GeoRabble Perth Crew

(most of) The GeoRabble Perth Crew

Many thanks to Darren Mottolini for his time and efforts in organising the event, especially coinciding it with the birth of his 2nd child – Congrats!, to the speakers of the night, to the talented MC Nicholas Flett and to the event sponsor Landgate.Landgatelogo

And in the words of Ian McLeod, “keep logging, keep mapping and good luck to you”.

GeoRabble http://www.georabble.org happens in various locations around Australia, is free and open to anyone, but frequently sells out.  If you would like to talk at a future Perth GeoRabble event, please send an email with the title and a short description to perth@georabble.org.

The next GeoRabble in Perth is June 20 and free tickets are available here


GeoRabble Sydney #4 – Final Speaker List

The speaker list for GeoRabble Sydney #4 has been finalised!

In keeping with the GeoRabble tradition – we’re once again presenting a great variety of excellent geo-related topics.

We are very proud to present the following awesome lineup:

Jack Zhao (Small Multiples) : Are casino operators targeting vulnerable community groups?

Gambling problems are more prevalent in Asians than other Australians.  Are casino operators targeting these vulnerable community groups by offering shuttle bus services?  Inspired by the SMH article “Casino buses in migrants who hope ‘to live beyond their means” (Heath Aston; December 11, 2011), we created a series of maps to show the influence of The Star casino on migrant communities in Sydney.

Bio: Jack is an interaction designer who specialises in data visualisation with keen interests in tactile interfaces and networked urbanism.  He loves tinkering and brainstorming ideas.  Jack graduated from the University of New South Wales as a Bioinformatician and completed a Masters degree in Interaction Design and Electronic Arts at the University of Sydney.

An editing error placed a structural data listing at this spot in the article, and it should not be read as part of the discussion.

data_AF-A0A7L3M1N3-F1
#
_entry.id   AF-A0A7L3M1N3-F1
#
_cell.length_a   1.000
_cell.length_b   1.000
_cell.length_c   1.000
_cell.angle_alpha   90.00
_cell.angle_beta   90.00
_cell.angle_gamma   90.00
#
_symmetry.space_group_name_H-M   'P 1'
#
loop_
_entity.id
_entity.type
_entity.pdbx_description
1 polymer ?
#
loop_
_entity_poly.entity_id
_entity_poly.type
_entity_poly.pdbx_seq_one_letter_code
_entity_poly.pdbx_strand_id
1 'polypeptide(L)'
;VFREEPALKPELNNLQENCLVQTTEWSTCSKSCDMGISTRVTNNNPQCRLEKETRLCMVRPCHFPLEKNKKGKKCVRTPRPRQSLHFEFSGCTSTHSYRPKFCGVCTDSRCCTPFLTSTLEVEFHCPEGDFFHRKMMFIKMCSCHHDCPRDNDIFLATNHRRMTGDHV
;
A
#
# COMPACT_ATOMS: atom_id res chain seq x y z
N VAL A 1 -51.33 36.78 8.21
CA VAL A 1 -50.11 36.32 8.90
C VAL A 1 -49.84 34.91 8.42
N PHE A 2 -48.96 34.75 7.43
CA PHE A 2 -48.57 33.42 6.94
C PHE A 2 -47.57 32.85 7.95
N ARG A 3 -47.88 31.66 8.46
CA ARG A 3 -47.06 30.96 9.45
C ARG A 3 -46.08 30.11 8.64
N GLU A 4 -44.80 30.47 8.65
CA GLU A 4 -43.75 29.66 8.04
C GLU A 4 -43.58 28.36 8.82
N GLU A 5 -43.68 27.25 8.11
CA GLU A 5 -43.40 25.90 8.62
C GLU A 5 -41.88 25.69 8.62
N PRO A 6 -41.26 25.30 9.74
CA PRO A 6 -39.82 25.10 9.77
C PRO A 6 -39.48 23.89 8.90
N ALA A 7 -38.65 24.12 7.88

Andrew Cook : 10 Good Reasons to Share Data

We all need data, without data there would be nothing.  Is there a utopia where data is born, lives and dies?  If there is a data utopia, where is it?  How will we get there?  By sharing data!  Because sharing drives innovation.  If we all share data more, then the principles (and importance) of Good Data Management will proliferate and data can be perceived as an asset (or a tradable commodity).

Bio: Andrew is a Chartered Geographer and Fellow of the Royal Geographic Society (so not a boffin).  Andrew started from the bottom, in a field with a stick and a notepad.  14 years later and having contributed to Spatial Analysis and Spatial Application Development teams for Desktop, Mobile and Web (including implementing Spatial Data Infrastructure) Andrew now works as Asia Pacific GIS Coordinator for ERM (environmental consultancy) – and it is all back to first principles of data management as he works across the Asia Pacific region.

Kathryn Howard (Bookcrossing) : Books Just Wanna Be Free!

What if the whole world was a library where books were free and travelled the world over?  Bookcrossing is a smart social networking site.  It’s a celebration of literature and a place where books take on a life of their own.  They assume a unique identity and their progress tracked as they pass from reader to reader.  The bookcrossing  community is changing the world, engaging and connecting people – touching lives one book at a time.

Bio: Kathryn’s day job is as an IT Service management consultant, improving the IT service support and delivery experience one step at a time.  In this fast paced social media networking world, work/life integration brings global conversations to a device near you.  Collaborative consumption and networking are the new norm and she believes it’s the way to engage people by sharing  and building both knowledge and experiences to make the world a better place.

Paul Wither : Set your data free from the typing pool

Standards in any form are an inherently stale topic, arguably more so when applied to GIS.  However, the future growth and mainstream use of geodata depends heavily on their wide spread adoption.  This presentation looks at what are standards?  And explores why they are important and how they can help free you from the typing pool.  Also my in-laws are in town and giving this presentation gets me out of the house for a night.